FelV - A Cat's Disease
What is FeLV? It is a submicroscopic organism (virus) that is associated worldwide with the illness and death of more cats than any other infectious disease. This virus is spread through the urine, saliva, and nasal secretions of infected cats or through the milk of infected nursing mother cats.
How can your cat get it? If a nursing mother cat has it, it can be passed on through her milk. If you cat is an outside cat, it can get it by being bitten by an infected cat, by somehow getting in contact with some urine of an infected cat or by rubbing against an infected cat and picking up some of the cat’s saliva or nasal secretions. An infected cat can pass it on just by licking or grooming a healthy cat.
Outside cats are more susceptible to catching the disease than indoor cats as they are out and about visiting many areas that could be contaminated or they are in contact with other infected cats.
If you adopt a cat from a shelter or a cattery it is wise to have it tested for FeLV before exposing the cat to the rest of your cats. Whenever you add a new cat to your household have it tested as even a healthy looking cat can be a carrier and the disease will spread.
How can you prevent the disease? By getting your cat vaccinated as a kitten and then getting the booster shot after one year.
It is a disease that young cats are more apt to get, cats as they grow older seem to be much more resistant to the initial infection that is why getting the vaccine with the kitten shots is so important.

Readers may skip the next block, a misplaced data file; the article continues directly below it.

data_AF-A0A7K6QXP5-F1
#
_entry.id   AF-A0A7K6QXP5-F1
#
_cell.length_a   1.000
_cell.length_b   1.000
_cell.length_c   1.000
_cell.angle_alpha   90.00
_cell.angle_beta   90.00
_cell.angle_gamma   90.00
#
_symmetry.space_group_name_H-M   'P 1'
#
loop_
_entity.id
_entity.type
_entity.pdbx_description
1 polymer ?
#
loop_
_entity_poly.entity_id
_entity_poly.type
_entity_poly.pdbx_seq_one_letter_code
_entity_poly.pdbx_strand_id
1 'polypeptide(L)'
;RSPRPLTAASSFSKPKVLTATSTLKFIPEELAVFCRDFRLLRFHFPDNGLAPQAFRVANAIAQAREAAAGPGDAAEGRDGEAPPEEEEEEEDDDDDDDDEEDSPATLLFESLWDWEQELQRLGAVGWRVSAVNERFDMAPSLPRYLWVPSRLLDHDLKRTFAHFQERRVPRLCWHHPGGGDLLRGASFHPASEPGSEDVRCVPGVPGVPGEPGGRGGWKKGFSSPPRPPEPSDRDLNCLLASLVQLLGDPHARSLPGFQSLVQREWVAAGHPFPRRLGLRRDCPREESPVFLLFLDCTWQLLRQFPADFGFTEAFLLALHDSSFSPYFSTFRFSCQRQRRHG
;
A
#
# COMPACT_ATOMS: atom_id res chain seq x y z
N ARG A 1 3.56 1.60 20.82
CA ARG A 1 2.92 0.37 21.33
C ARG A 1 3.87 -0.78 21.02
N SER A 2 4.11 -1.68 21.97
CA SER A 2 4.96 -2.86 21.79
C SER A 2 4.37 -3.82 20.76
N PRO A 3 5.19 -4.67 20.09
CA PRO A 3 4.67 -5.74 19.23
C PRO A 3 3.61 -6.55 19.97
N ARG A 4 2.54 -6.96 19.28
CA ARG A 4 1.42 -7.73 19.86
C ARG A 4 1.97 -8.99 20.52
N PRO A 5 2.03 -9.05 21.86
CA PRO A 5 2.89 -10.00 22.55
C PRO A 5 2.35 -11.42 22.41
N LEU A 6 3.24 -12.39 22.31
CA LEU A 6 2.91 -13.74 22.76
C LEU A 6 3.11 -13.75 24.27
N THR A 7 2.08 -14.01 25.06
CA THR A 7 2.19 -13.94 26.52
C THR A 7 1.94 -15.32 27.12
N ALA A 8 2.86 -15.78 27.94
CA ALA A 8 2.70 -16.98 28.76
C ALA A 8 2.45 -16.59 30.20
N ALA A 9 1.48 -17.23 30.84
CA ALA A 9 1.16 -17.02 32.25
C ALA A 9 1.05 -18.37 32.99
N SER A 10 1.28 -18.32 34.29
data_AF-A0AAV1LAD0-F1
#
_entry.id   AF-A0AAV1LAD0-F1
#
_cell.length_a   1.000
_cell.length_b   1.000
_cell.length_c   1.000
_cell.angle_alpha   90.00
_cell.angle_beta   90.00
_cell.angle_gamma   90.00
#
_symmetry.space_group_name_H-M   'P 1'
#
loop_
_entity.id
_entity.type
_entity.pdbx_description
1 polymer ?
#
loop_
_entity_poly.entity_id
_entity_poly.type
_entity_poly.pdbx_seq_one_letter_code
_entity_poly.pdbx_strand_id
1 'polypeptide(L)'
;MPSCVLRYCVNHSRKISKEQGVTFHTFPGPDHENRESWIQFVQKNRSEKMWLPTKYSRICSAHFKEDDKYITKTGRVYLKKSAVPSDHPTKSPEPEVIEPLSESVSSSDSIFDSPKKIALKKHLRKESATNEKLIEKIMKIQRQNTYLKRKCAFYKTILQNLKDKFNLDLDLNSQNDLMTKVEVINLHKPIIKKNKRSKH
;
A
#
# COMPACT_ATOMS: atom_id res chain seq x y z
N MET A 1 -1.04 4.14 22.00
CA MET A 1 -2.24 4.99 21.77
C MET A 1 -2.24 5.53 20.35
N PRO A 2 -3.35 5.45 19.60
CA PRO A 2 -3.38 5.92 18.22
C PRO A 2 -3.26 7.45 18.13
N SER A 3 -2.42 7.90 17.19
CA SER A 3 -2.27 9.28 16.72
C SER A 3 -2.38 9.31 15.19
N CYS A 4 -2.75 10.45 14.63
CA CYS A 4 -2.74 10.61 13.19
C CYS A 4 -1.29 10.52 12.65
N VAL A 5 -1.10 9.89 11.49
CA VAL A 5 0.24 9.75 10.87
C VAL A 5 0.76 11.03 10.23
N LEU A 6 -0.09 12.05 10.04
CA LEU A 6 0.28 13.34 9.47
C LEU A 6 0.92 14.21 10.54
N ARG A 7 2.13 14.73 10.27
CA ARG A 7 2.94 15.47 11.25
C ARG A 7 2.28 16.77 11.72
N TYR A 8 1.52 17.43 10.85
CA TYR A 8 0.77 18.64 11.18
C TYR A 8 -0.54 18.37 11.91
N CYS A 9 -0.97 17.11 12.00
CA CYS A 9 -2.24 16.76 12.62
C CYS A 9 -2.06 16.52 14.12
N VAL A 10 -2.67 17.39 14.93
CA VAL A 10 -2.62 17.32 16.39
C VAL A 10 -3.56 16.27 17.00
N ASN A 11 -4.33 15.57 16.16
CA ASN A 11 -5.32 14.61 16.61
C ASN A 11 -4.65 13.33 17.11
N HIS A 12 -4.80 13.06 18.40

What is this disease and what does it do? First of all you actually need a blood test to see if you cat has it or not. FeLV is a disease that can remain dormant for months and even years. Some cats remain healthy carriers for many years while others will show signs of the disease much sooner. Some of the signs are jaundice, which is a yellow discoloration of the skin, whites of the eyes and mucous membranes. A loss of appetite and apparent weight loss, lethargy and depression, chronic skin sores and a change in bowel habits such as constant diarrhea or constipation are also some of the signs.
FeLV is a slow-acting organism that is in the same virus family as FIV (feline immunodeficiency). If your cat has a strong immune system the virus will get into the blood stream and other tissues and stop at that. If the immune system is not strong enough it will progress into the bone marrow and will infect other cells and such diseases as lymphoma (cancer of the lymphatic system), leukemia and anemia will occur.
If your cat is diagnosed with FeLV it is not a death sentence as it is possible for your cat to develop an effective immune response to it. It will be necessary to have your cat tested again after a period of about three months and the chance of the virus being gone is a possibility.
Should the virus not be gone it is important to keep your cat away from the other cats in your household to prevent the disease from spreading. The cat should be kept indoors, fed a high quality nutritionally balanced diet and you should keep in contact with your veterinarian regarding any changes in your cat’s behavior or condition.
Preventing this disease can be easily done by getting your kitten/kittens their necessary kitten shots starting at eight weeks of age, this is known as preventative medicine and is worth its weight in gold.